Monday, May 22, 2017

Biblical Leadership

How can we minister to a hurting world when so many people are in pain? Do it the way Jesus did. Start small and build deeply! Then call each of them to find some people to equip the same way they were equipped. Before long that small group had become a large movement. 

In the Old Testament we can see how God revealed His plans for taking the Kingdom back for evil. Take a look at Moses and why he decided to delegate. See Exodus 4:

Moses was killing himself until his father in law, a pagan priest, said he was on the road to burning himself out. Like any good consultant, Jethro told Moses the truth about what his egotistic desire for control would do to his people. It will burn them out as well!

We need more people to adopt the discipleship and multiplication process. But it is hard work. It makes us reduce our need for control. That is the biggest barrier!

It also requires us to place large events in their proper perspective, at the bottom in the Kingdom.

I read a blog last week by a well-known church researcher and consultant. He focused on Eight Ways Pastors are ill prepared to head a church. Several can be boiled down to an lack of training and ability to work with people.  Included was an inability to equip, train or disciple members. I agree. Those are not taught or emphasized in most Bible schools and seminaries.

The responses were many and many were defensive. Not a few blamed the people for being unsaved wolves rather than sheep, blind, stubborn, rebellious, etc. It came down to blaming today's Christians for being much worse than in past generations.

From my brief studies of Church History I cannot agree that believers today are worse than ever. Are they worse than those in Germany that supported the Nazi party? Are they worse than the slave owners of America? Are they worse than the pagans in the First Century that raped, pillaged and burned Christians before they were saved?

As my Dad was fond of saying, "Gary Ray, sin was not invented in this generation. It has been around a very long time. Leading and Pastoring has always been difficult." It is important that we not give up doing good.

Exponential growth of Christians into maturity is critically important. Recruiting and equipping the laity is hard work but very rewarding. I was a layman that was discipled by a defrocked Presbyterian Minister who taught me how to pray, lead small groups, do Pastoral hospital visits, do Bible studies, and so forth. The laity we recruited and trained came out of drugs, sexual perversions, stealing, homelessness, etc.

It was hard. It was very hard and it was thankless! In fact, despite staying up all night to minister to these people after working all day and feeding them the last thing in the fridge they complained about Karen and my lack of commitment. That is what immature people do! Dozens of these young people became outstanding husbands and wives and solid Christians. Some even went to seminary. It was exponential healing, change and growth.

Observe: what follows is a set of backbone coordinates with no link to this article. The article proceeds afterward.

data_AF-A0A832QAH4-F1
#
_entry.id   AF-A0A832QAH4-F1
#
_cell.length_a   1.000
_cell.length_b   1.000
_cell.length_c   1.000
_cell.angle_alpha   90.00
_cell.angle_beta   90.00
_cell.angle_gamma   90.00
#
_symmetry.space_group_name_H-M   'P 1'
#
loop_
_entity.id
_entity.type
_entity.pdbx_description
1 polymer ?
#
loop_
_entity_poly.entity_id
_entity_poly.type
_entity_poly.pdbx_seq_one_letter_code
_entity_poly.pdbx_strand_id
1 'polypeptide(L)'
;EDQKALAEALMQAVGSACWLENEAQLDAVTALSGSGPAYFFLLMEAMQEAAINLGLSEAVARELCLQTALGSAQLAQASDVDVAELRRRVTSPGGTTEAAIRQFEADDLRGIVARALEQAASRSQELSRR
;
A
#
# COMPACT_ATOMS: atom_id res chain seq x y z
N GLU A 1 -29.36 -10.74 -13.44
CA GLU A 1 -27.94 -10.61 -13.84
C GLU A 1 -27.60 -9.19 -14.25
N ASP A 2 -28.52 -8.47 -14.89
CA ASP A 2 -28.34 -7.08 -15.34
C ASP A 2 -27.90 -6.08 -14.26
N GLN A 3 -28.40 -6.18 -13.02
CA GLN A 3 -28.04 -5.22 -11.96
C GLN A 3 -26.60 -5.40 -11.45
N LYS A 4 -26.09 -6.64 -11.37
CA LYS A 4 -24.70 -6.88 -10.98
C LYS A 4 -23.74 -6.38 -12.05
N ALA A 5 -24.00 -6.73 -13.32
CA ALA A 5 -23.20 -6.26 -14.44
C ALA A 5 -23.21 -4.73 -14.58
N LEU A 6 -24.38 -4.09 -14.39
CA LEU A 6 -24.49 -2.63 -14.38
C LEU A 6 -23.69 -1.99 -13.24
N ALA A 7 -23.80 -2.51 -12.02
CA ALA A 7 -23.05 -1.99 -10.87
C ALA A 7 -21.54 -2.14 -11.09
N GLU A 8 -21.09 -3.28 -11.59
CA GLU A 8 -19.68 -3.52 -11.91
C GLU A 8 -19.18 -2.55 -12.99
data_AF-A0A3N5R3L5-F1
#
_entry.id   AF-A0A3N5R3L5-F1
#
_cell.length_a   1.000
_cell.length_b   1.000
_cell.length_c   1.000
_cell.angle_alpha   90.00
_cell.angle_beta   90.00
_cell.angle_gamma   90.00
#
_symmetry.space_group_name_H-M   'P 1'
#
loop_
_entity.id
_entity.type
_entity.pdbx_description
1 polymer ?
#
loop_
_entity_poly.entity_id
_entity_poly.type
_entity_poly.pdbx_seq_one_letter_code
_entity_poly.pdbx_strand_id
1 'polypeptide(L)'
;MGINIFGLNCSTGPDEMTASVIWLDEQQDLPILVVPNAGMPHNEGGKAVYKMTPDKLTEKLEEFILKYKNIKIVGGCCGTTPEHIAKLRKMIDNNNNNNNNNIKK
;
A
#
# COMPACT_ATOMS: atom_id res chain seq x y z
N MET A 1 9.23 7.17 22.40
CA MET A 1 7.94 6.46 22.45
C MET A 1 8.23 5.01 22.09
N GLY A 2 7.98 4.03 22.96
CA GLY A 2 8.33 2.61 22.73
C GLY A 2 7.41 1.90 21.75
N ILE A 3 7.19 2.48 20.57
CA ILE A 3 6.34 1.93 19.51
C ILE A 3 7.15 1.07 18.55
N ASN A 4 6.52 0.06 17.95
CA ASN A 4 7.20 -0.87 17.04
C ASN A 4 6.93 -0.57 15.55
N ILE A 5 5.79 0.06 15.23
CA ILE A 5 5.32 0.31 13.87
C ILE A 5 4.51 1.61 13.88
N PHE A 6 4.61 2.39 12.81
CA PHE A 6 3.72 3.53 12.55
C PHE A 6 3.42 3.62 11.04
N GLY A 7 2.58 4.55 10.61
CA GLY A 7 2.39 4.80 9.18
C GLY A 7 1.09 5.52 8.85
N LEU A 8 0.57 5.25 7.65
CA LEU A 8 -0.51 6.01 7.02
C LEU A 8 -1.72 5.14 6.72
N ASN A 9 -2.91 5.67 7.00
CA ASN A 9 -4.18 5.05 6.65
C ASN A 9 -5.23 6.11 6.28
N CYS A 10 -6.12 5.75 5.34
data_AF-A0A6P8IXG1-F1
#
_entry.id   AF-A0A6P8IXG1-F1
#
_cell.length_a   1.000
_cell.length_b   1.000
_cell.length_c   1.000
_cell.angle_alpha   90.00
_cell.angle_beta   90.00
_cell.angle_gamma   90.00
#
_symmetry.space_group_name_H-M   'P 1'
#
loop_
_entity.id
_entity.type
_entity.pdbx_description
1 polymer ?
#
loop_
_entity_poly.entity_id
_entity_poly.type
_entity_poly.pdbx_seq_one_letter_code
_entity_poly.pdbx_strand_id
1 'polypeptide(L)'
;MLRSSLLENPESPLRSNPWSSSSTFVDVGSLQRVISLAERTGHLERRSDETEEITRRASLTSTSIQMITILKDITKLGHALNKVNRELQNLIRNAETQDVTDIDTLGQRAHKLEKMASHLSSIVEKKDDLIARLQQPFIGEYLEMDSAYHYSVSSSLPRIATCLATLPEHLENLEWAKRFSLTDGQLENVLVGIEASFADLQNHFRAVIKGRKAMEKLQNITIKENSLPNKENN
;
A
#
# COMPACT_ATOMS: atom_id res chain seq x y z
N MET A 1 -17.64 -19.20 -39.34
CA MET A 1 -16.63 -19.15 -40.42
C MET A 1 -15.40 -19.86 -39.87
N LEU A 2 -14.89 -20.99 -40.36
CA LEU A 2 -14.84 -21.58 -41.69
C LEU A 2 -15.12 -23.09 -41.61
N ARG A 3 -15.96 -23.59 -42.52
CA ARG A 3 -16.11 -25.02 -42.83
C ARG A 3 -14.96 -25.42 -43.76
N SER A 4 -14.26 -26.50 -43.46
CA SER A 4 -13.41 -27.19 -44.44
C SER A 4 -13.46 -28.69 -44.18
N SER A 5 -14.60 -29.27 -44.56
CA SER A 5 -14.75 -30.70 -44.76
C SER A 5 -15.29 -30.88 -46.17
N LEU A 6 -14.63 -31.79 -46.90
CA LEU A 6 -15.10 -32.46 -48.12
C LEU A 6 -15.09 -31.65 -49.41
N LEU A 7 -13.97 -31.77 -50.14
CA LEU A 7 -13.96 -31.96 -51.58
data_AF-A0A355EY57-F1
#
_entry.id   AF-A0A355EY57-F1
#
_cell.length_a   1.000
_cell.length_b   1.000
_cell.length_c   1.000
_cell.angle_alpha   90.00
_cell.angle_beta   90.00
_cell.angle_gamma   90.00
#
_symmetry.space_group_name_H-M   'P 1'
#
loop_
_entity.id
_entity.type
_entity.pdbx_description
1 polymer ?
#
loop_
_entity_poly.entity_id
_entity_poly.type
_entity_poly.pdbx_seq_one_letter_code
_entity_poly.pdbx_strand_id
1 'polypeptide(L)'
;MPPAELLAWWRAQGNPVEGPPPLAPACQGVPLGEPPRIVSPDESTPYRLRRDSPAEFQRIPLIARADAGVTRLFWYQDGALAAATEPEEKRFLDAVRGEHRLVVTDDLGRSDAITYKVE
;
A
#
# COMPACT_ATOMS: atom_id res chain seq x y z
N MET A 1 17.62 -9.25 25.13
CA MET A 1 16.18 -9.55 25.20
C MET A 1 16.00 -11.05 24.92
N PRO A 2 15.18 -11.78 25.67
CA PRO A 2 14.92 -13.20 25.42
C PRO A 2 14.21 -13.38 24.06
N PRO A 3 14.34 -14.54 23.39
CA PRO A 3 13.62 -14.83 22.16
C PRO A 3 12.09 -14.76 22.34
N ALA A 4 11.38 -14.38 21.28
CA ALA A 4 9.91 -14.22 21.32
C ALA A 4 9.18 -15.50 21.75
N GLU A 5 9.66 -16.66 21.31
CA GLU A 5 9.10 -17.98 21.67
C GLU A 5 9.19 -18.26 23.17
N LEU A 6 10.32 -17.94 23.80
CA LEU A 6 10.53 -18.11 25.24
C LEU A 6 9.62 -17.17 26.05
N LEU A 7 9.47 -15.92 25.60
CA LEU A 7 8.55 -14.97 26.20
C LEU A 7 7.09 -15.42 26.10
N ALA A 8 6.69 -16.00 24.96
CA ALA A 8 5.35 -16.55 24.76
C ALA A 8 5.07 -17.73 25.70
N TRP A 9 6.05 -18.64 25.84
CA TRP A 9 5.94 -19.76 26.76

Do you have any nominations for exponential leaders from your life?Who led you to Christ and who equipped you?

I am going to repeat my focus on this man. Who would you say was the most influential Christian leader in history? I have asked this question many times in a variety of places, including this blog. I think it is a most provocative issue that cuts across the grain of Christianity. It scares most Pastors so they refuse to discuss it. 

I have asked people at seminars and seminaries; churches and church elder boards; sermons and solo pastors. I get some rather interesting answers. Here are a few of the nominations.

  • Mark (He wrote the first Gospel)
  • Peter (The Rock on which the Church is built)
  • Mary (The mother of Jesus)
  • Paul (The great preacher to the gentiles and writer of many books)
  • Luke (He wrote more of the Bible than any other person)
  • James (Brother of Jesus and wrote a book)
  • Luther (He started a revolution)
  • Mohammed (Without him, Christianity would be much bigger)
  • Billy Graham (A modern evangelist of repute)
  • Bill Bright (Founded Campus Crusade)
All of these nominations are worthy of fame, fortune and many books but they are not my pick. I nominate a man that gets little contemporary press. He did not write any of the books in the Bible nor did he have the gift of oratory. He operated behind the scenes with power, wisdom and incredible influence. 

Without him, there would have been no Paul, no John Mark, no Luke and no gentile church and no missions to the gentiles. He was a multiplier and is lost to history because he had few big audiences and most of us fear his approach. It was the same as Jesus. 

And, it was more than what Jethro told Moses!

Our web has some good books to help your train and equip others into maturity. When you open that link you will see a book on witnessing to Muslim neighbors. It is a fantastic book. Donna Thomas, one of the most successful Missionaries of the last century has a book for you. My Mentor Dr. Richard Walters has a couple of great books that will help laugh your way out of legalism!

The book that has an anonymous author and a title about the Threads of God tells how a married couple retired and took the equipping tools from our church across the whole country. Want to be inspired?  Go see them. 


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